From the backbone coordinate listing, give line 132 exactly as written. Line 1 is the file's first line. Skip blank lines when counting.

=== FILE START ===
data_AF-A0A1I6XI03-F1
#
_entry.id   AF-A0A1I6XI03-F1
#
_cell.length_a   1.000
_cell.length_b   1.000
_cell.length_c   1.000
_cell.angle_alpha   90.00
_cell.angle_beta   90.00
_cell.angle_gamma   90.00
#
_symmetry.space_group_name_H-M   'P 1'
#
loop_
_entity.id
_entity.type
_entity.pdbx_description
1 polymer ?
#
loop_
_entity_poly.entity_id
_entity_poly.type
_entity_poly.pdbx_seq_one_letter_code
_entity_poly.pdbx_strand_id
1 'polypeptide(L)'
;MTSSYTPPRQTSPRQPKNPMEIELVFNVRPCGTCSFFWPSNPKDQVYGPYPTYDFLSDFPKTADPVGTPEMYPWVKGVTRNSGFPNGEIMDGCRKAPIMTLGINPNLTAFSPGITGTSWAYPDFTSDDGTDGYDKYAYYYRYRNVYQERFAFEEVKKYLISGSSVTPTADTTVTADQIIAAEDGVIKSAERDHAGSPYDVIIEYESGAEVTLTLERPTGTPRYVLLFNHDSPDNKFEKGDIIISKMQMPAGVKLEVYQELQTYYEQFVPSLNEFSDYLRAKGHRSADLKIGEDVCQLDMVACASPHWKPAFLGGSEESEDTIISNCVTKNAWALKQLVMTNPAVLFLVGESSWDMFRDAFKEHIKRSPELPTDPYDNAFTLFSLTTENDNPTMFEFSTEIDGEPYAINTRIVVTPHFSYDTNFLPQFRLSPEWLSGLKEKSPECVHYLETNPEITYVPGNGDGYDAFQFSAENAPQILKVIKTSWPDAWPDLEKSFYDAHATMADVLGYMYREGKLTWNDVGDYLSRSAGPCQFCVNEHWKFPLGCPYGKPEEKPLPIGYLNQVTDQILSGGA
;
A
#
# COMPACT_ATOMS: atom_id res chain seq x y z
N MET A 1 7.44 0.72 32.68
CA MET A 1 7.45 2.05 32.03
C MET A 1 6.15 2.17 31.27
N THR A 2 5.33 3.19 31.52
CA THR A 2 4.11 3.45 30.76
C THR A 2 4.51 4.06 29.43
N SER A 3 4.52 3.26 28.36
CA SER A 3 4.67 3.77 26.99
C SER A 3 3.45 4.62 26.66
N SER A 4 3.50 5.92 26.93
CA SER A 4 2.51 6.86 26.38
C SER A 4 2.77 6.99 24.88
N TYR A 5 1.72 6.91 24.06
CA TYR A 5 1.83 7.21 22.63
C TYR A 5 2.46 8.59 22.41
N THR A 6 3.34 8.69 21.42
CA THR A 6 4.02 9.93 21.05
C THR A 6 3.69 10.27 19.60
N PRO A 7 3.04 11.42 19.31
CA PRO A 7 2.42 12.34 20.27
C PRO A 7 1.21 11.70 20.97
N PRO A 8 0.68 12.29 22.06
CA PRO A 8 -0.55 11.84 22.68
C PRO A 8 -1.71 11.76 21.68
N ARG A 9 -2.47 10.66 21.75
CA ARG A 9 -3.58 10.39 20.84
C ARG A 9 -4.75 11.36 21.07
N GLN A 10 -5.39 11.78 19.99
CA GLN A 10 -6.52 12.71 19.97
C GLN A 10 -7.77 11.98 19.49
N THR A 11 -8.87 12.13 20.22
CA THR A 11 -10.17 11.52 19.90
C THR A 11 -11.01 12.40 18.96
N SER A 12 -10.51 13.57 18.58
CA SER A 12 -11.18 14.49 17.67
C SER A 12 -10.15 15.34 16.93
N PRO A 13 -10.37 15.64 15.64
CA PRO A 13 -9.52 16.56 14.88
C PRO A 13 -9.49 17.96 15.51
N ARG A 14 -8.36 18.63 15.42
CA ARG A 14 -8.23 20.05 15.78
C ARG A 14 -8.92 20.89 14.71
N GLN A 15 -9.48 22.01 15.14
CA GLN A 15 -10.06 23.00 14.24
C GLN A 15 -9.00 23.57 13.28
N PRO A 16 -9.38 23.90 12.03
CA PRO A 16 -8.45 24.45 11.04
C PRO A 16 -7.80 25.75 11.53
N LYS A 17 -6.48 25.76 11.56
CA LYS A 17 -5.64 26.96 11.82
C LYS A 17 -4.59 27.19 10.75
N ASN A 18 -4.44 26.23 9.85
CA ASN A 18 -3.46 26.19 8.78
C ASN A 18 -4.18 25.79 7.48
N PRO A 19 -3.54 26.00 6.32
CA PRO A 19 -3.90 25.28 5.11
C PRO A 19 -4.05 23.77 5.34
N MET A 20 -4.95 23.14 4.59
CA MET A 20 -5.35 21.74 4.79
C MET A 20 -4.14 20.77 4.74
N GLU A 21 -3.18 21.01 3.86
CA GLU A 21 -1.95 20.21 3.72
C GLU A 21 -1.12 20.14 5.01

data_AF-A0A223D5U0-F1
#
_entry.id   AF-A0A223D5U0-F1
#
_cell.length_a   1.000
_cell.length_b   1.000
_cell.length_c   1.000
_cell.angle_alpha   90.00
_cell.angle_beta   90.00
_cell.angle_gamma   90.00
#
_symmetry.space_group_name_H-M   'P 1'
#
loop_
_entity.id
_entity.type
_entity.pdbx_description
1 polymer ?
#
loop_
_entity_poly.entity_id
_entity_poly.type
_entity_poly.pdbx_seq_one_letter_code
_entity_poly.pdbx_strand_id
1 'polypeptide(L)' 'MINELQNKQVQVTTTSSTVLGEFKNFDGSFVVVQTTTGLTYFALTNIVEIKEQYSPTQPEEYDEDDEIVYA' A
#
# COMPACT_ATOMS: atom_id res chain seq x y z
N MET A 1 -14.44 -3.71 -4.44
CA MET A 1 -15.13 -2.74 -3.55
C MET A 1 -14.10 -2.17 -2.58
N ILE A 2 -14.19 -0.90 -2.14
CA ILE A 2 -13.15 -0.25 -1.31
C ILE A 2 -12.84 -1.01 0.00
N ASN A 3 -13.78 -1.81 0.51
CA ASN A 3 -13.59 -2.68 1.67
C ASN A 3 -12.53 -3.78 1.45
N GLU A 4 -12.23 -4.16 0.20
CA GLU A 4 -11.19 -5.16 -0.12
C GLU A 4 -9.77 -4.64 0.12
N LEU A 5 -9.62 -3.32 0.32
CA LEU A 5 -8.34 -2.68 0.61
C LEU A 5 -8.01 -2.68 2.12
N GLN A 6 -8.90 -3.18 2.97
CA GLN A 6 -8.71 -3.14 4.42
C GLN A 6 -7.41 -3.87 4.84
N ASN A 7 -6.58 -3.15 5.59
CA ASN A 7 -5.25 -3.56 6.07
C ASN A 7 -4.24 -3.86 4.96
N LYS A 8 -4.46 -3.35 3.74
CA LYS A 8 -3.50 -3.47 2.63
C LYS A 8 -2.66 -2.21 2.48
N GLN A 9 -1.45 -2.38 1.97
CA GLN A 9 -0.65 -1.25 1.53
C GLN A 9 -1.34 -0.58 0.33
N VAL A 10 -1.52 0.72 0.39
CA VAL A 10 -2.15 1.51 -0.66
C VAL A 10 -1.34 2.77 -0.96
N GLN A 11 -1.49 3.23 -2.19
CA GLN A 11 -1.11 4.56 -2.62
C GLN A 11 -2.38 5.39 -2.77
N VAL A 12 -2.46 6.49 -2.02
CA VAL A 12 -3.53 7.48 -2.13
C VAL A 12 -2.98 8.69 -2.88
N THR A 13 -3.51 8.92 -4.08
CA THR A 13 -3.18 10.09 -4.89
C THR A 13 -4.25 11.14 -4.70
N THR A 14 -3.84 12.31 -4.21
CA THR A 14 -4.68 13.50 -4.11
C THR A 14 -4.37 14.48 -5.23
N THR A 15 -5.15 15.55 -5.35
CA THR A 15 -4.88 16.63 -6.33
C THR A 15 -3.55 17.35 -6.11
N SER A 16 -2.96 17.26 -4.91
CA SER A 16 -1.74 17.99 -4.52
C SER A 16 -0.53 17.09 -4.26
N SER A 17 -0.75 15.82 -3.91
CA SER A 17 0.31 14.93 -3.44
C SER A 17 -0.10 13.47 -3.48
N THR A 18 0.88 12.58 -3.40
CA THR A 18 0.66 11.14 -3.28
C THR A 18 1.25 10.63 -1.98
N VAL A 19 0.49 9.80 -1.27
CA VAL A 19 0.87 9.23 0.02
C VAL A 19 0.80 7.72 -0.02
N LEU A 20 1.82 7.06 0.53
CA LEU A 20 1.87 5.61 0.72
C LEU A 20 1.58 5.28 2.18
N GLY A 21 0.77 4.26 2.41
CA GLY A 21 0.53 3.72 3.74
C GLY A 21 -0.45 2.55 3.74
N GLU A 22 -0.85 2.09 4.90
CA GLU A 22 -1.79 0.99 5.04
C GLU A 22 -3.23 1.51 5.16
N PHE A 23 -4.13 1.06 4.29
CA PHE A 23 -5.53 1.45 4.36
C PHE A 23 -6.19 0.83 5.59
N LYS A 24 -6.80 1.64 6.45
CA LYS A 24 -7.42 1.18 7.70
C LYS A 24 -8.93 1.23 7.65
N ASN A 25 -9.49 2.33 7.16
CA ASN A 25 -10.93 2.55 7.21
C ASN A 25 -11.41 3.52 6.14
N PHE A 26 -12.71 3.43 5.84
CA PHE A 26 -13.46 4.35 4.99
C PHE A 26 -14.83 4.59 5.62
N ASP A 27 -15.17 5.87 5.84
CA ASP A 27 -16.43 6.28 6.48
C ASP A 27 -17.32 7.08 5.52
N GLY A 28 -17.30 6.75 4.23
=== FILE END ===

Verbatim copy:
C GLU A 4 -9.77 -4.64 0.12